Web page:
Some of my fondest memories as a child are of family vacations.

Each year, we took a family trip to visit my grandmother in Tampa, Florida. And every year we drove. I vividly remember those early mornings. My mom would wake me and my brother around 3:00 a.m. The air and entire atmosphere are different at 3:00 in the morning, at least to a child. The sky is still dark and you can hear crickets and other nighttime creatures making noises. It’s like a forbidden time when only adults are allowed to be awake. This was back when car seats weren’t required. My brother sat in front with my father and I had the entire back portion of our powder blue station wagon. I was stuffed beside the suitcases, but for me, it was like a secret, special hideaway.

I lined the space with a few soft blankets and always brought my pillow, covered in either a rainbow pillowcase or Teddy Rupskin. I had my Walkman CD player and my favorite blue blanket. I remember laying on the hard floor, staring out into the darkness, listening to my favorite songs and fantasizing about singing on stage like Britney Spears and Mandy Moore. Those car rides were my favorite part of the entire trip. We always stopped somewhere in South Carolina to spend the night in a hotel, before completing the drive the next day. Along the way, we’d stop at each state’s rest area and try the juice, collect brochures, and raid the vending machines.

I remember the smell of my grandmother’s house – clean bleach and laundry detergent mixed with oranges. She had an orange tree in her backyard and did her laundry in the garage. The floor was slippery linoleum. The garage was also where she parked her oversized tricycle that my brother and I used to take turns riding up and down the street, sometimes him in the driver’s seat with me in the white basket that hung off the back.

My memories of Florida are only matched by my memories of camping. Maybe because of the laid-back atmosphere that accompanied camping or the people that we went with. My parents were different people when we were camping. They were more relaxed, more lenient, more fun! We were allowed to get dirty, explore in the woods and ride our bikes to the camping store to buy endless amounts of candy. It was me, my brother and our cousin, Andrew. The boys were usually pretty good about including me, though I was the token annoying little sister.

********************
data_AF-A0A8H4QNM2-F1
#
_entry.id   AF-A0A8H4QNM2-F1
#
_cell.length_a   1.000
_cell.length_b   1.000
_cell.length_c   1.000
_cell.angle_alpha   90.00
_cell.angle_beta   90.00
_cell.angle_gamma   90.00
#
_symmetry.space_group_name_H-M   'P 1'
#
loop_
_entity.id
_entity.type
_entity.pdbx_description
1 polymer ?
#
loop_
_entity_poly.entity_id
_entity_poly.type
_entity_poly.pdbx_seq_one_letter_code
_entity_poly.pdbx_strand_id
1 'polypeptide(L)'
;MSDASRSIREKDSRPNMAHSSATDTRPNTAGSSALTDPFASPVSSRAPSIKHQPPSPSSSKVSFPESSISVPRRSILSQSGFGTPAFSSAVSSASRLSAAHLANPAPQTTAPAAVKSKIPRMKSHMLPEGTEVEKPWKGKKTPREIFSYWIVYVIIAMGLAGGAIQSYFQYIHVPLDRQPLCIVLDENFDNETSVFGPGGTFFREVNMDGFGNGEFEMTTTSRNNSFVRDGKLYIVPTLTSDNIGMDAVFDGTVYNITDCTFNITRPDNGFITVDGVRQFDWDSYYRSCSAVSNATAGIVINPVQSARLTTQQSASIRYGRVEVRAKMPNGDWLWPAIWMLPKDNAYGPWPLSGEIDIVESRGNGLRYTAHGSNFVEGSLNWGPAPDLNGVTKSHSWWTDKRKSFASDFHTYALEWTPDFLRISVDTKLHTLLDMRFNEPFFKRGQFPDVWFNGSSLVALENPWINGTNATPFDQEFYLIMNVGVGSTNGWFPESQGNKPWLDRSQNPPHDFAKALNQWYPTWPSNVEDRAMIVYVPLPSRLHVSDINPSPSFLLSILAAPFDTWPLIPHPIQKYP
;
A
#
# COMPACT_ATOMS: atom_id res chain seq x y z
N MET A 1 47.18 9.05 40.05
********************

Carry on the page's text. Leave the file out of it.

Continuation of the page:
We played pretend, went swimming, messed around on the playground, and went fishing down near the waterfall. My uncle always made us the best sticks for roasting marshmallows. He used his pocket knife to expertly sharpen the tips. He was amazing with his pocket knife and made some pretty impressive wooden creations from cupholders for his beer to a fishing rod holder. He was a quiet man, but very talented.

I can remember the smell of last night’s potatoes cooking as this morning’s hashbrowns. Eggs, pancakes, sausage — you name it, and we had it for breakfast. Individual boxes of cereal were one of our favorite snacks. My uncle would slice the box open with one quick swipe of his knife. We melted styrofoam cups and plastic plates over the fire, my parents paying no real mind to the fumes we were likely inhaling. Showers were taken in flip-flops up at the bathhouse and nature was our bathroom. Camping meant getting dirty, staying up late, endless adventures and lots of laughs.

I love nothing more than carrying on these vacation traditions with my own son. Though we don’t drive to Florida, we spent the last 10 years flying into Miami to visit my mother-in-law in the Florida Keys. We started taking my son when he was just 3 months old and only recently stopped, following my mother-in-law’s passing. But my son remembers the airport, the car ride to the house, boat rides to the sandbar and walks down to the park and beach.

Camping is part of who we are. Though we don’t tent camp anymore and have upgraded to a fifth-wheel trailer, the adventures and good friends have not changed. The kids play for hours outside, using their imaginations, riding their bikes and visiting the camping store. The adults spend hours around the fire at night, telling stories and watching the flames dance around the wood. We fish, we swim, we cook, we laugh and we make memories.

I know my son will always remember our camping trips, the same way I remember mine as a kid. And I can only hope he chooses to continue that tradition with his family. And I can only hope he finds friends as wonderful as ours to share those experiences with. Not all memories stem from vacation, but some of my best and most vivid, do. And those memories have morphed into family traditions that I will cherish forever.

Featured Photo Courtesy: Creative Market